Illinois, as these things go, tends to be above average in terms of the money we collectively send to the feds (we're actually near the top), and below average in terms of the money we receive from it (we're in the bottom half). So I was a bit surprised to see how hard the sequester could hit us (via the Pew Center on the States)—though keep in mind that it represents grants that are vulnerable to the automatic sequestration cuts:

In terms of the sequestration's other effects, the state is better off: 2.5 percent of state GDP from federal spending on procurement, salaries, and wages (compared to a national average of 5.3 percent); 1.5 percent of state GDP on defense spending (compared to 3.5 percent of the average state's GDP); and so forth. The federal government just doesn't employ a ton of people in the state. In Virginia, D.C., and Maryland combined, twenty percent of their GDP is vulnerable to cuts in procurement, salaries, and wages, according to Pew's numbers.

Kevin Drum has the best short-form explainer I've read; the numbers are difficult and, despite the broadly simple concept of the sequester, tricky and malleable: "How big is the sequester? You'd think this would be an easy question to answer. In fact, it's surprisingly complicated! Are you ready?" Pew has a good one-glance look at what grants are vulnerable to the sequester, and it seems that they have an unfortunate (or not, depending on where you live) tendency to sync up with the grants that Illinois tends to receive from the federal government, particularly education and community/regional development.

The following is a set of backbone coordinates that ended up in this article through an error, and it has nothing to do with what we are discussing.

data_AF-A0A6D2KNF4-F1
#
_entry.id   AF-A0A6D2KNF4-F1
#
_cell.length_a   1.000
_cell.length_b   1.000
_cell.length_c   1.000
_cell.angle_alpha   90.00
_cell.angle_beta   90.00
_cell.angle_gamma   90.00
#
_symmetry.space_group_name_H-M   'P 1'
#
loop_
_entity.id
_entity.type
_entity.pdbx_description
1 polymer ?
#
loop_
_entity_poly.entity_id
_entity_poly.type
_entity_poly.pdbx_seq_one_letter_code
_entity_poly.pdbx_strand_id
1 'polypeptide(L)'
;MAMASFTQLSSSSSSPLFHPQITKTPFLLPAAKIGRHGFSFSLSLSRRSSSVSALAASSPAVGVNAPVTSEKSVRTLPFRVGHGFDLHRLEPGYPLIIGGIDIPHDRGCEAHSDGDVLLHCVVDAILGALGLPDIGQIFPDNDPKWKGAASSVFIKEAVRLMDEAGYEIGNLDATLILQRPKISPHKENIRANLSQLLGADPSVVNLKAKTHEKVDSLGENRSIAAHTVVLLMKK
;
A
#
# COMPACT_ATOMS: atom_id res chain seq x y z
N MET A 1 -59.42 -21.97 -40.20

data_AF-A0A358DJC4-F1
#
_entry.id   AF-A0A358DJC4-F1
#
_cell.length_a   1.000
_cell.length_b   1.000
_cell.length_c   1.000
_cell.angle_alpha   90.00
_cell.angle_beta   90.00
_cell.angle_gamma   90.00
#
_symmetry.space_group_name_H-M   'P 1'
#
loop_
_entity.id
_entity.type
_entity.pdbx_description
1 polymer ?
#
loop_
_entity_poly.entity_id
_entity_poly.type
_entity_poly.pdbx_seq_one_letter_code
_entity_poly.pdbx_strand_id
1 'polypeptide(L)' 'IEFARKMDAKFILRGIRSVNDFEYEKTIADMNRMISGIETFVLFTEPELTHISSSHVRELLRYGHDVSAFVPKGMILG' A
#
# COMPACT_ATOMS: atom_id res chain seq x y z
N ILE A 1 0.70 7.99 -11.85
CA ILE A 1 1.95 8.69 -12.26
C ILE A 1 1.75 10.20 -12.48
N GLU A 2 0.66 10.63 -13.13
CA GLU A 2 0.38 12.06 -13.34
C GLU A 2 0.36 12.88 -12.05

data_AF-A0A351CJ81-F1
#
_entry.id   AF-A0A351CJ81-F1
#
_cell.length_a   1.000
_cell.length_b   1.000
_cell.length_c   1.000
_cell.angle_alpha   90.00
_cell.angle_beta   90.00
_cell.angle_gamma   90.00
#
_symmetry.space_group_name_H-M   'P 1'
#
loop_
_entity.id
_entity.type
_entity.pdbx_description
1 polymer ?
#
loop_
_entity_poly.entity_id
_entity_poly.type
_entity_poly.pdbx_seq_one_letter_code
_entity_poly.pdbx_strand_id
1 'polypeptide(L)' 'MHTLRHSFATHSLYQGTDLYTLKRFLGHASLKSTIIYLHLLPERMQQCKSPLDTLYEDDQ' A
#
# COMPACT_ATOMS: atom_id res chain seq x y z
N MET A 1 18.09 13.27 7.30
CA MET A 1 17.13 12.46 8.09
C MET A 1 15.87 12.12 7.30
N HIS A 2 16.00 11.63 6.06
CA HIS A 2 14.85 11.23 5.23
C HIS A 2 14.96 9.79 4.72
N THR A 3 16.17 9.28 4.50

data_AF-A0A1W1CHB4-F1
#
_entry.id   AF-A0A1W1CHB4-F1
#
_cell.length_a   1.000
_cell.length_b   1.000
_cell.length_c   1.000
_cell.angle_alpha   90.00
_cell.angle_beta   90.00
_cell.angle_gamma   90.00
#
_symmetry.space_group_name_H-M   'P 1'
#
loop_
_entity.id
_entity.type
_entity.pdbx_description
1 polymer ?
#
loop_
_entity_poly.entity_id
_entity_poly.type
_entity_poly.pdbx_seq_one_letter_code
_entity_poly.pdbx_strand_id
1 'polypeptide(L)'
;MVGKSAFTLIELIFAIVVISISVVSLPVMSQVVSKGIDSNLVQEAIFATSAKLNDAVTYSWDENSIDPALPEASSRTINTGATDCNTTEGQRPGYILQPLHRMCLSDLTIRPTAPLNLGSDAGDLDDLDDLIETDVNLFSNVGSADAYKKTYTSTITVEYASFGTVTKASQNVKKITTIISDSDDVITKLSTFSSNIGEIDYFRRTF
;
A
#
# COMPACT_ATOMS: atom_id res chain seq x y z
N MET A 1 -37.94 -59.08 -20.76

For example, of the CPS budget in 2011, 24 percent of revenues come from the feds, 31 percent from the state, and 36 percent from local property taxes (PDF). In New York City, less than 10 percent is federal money. Which is why the White House's estimate for what would be the biggest direct cut to Illinois state services is education (PDF):

Illinois will lose approximately $33.4 million in funding for primary and secondary education, putting around 460 teacher and aide jobs at risk. In addition about 39,000 fewer students would be served and approximately 120 fewer schools would receive funding.

Education for Children with Disabilities: In addition, Illinois will lose approximately $24.7 million in funds for about 300 teachers, aides, and staff who help children with disabilities.

Compared to, say, law enforcement, which would see only $587,000 in cuts. Indiana, by contrast, is estimated to lose $13.8 million in primary/secondary education funding (PDF).

A lot of the sequestration cuts are going to be in nooks and crannies of the federal government, the sort of thing people don't notice until it's gone:

* A reduction in hours at O'Hare's north flight control tower and red-eye flights into Midway;

* Longer lines at TSA screenings;

* "A scheduled Blue Angels show in Rockford could be canceled";

* And across state lines, the South Shore Air Show in Gary, Indiana.


Photograph: The White House